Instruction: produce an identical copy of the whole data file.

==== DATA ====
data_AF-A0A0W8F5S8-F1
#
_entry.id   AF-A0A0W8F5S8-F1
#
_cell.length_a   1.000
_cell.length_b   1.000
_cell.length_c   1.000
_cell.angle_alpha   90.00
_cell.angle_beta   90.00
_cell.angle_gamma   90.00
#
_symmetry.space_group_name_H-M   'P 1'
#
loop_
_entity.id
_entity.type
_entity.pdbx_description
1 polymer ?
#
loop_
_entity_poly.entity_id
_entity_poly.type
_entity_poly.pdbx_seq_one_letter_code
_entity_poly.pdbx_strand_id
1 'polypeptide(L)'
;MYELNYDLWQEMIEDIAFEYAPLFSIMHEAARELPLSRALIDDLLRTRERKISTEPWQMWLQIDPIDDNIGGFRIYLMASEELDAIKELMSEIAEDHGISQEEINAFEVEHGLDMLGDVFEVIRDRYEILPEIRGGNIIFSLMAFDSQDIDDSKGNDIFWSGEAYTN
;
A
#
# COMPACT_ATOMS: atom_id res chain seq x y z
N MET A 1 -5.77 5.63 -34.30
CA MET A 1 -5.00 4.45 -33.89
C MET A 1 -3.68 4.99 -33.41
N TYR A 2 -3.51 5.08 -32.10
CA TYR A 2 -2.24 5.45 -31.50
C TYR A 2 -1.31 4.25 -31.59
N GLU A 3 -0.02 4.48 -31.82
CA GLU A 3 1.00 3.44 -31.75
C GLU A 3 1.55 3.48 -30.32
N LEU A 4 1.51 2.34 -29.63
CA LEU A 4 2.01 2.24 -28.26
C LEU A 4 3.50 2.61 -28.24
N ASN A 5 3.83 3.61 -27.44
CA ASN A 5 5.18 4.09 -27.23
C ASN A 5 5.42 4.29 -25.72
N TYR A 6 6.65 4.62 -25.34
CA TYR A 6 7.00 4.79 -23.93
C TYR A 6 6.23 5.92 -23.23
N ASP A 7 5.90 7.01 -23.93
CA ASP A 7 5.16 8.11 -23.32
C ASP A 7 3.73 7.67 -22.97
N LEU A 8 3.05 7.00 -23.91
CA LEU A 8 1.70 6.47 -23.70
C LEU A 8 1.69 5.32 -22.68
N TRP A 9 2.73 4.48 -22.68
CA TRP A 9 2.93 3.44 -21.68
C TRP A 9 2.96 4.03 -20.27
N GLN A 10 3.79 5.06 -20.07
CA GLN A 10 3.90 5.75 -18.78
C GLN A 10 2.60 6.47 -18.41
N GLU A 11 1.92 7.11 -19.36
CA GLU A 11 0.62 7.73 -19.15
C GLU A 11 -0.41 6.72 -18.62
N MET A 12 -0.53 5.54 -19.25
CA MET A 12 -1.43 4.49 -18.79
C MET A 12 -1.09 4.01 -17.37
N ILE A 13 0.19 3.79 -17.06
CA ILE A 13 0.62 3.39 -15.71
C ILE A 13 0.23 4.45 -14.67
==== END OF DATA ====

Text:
data_AF-A0A0W8F5S8-F1
#
_entry.id   AF-A0A0W8F5S8-F1
#
_cell.length_a   1.000
_cell.length_b   1.000
_cell.length_c   1.000
_cell.angle_alpha   90.00
_cell.angle_beta   90.00
_cell.angle_gamma   90.00
#
_symmetry.space_group_name_H-M   'P 1'
#
loop_
_entity.id
_entity.type
_entity.pdbx_description
1 polymer ?
#
loop_
_entity_poly.entity_id
_entity_poly.type
_entity_poly.pdbx_seq_one_letter_code
_entity_poly.pdbx_strand_id
1 'polypeptide(L)'
;MYELNYDLWQEMIEDIAFEYAPLFSIMHEAARELPLSRALIDDLLRTRERKISTEPWQMWLQIDPIDDNIGGFRIYLMASEELDAIKELMSEIAEDHGISQEEINAFEVEHGLDMLGDVFEVIRDRYEILPEIRGGNIIFSLMAFDSQDIDDSKGNDIFWSGEAYTN
;
A
#
# COMPACT_ATOMS: atom_id res chain seq x y z
N MET A 1 -5.77 5.63 -34.30
CA MET A 1 -5.00 4.45 -33.89
C MET A 1 -3.68 4.99 -33.41
N TYR A 2 -3.51 5.08 -32.10
CA TYR A 2 -2.24 5.45 -31.50
C TYR A 2 -1.31 4.25 -31.59
N GLU A 3 -0.02 4.48 -31.82
CA GLU A 3 1.00 3.44 -31.75
C GLU A 3 1.55 3.48 -30.32
N LEU A 4 1.51 2.34 -29.63
CA LEU A 4 2.01 2.24 -28.26
C LEU A 4 3.50 2.61 -28.24
N ASN A 5 3.83 3.61 -27.44
CA ASN A 5 5.18 4.09 -27.23
C ASN A 5 5.42 4.29 -25.72
N TYR A 6 6.65 4.62 -25.34
CA TYR A 6 7.00 4.79 -23.93
C TYR A 6 6.23 5.92 -23.23
N ASP A 7 5.90 7.01 -23.93
CA ASP A 7 5.16 8.11 -23.32
C ASP A 7 3.73 7.67 -22.97
N LEU A 8 3.05 7.00 -23.91
CA LEU A 8 1.70 6.47 -23.70
C LEU A 8 1.69 5.32 -22.68
N TRP A 9 2.73 4.48 -22.68
CA TRP A 9 2.93 3.44 -21.68
C TRP A 9 2.96 4.03 -20.27
N GLN A 10 3.79 5.06 -20.07
CA GLN A 10 3.90 5.75 -18.78
C GLN A 10 2.60 6.47 -18.41
N GLU A 11 1.92 7.11 -19.36
CA GLU A 11 0.62 7.73 -19.15
C GLU A 11 -0.41 6.72 -18.62
N MET A 12 -0.53 5.54 -19.25
CA MET A 12 -1.43 4.49 -18.79
C MET A 12 -1.09 4.01 -17.37
N ILE A 13 0.19 3.79 -17.06
CA ILE A 13 0.62 3.39 -15.71
C ILE A 13 0.23 4.45 -14.67